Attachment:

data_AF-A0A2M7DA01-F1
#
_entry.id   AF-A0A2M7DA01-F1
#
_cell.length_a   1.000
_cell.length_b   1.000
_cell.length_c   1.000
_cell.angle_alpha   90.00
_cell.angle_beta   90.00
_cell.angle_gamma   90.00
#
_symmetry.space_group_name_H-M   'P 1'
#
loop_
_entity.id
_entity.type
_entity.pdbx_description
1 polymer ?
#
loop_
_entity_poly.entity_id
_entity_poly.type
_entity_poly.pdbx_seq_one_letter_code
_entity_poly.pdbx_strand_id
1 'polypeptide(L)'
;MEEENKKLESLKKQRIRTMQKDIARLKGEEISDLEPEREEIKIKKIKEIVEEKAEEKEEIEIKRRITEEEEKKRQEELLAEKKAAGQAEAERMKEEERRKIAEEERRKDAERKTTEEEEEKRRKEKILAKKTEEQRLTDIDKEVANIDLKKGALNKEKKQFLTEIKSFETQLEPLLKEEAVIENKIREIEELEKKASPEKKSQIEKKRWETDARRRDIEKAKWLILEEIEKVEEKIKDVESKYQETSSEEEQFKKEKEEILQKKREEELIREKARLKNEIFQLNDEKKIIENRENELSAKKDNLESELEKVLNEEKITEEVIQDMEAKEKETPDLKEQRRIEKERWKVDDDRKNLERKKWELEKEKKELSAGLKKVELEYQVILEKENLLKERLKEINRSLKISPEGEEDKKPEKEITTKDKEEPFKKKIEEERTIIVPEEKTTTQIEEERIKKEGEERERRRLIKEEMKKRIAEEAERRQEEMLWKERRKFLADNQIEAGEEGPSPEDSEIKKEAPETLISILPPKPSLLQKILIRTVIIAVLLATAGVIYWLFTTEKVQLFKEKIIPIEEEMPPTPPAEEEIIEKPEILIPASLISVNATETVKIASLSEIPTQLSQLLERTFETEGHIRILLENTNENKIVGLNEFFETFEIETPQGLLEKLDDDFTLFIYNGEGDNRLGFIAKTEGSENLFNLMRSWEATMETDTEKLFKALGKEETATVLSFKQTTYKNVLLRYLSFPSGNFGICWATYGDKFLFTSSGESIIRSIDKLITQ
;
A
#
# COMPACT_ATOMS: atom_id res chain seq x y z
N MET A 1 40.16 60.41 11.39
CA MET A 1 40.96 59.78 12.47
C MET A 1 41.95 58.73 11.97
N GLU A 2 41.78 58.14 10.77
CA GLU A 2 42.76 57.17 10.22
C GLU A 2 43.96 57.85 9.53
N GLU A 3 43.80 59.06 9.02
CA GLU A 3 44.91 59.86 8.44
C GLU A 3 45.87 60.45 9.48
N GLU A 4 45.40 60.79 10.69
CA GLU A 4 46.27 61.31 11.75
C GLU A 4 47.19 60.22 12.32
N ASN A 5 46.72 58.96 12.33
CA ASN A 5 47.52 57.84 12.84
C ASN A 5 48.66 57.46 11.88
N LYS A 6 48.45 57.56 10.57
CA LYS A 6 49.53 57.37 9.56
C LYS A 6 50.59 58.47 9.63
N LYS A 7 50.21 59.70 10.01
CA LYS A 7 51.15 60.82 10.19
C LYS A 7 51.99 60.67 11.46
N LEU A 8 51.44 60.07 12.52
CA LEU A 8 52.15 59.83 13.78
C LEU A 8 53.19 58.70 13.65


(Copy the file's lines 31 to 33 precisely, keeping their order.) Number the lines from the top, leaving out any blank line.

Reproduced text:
N MET A 1 40.16 60.41 11.39
CA MET A 1 40.96 59.78 12.47
C MET A 1 41.95 58.73 11.97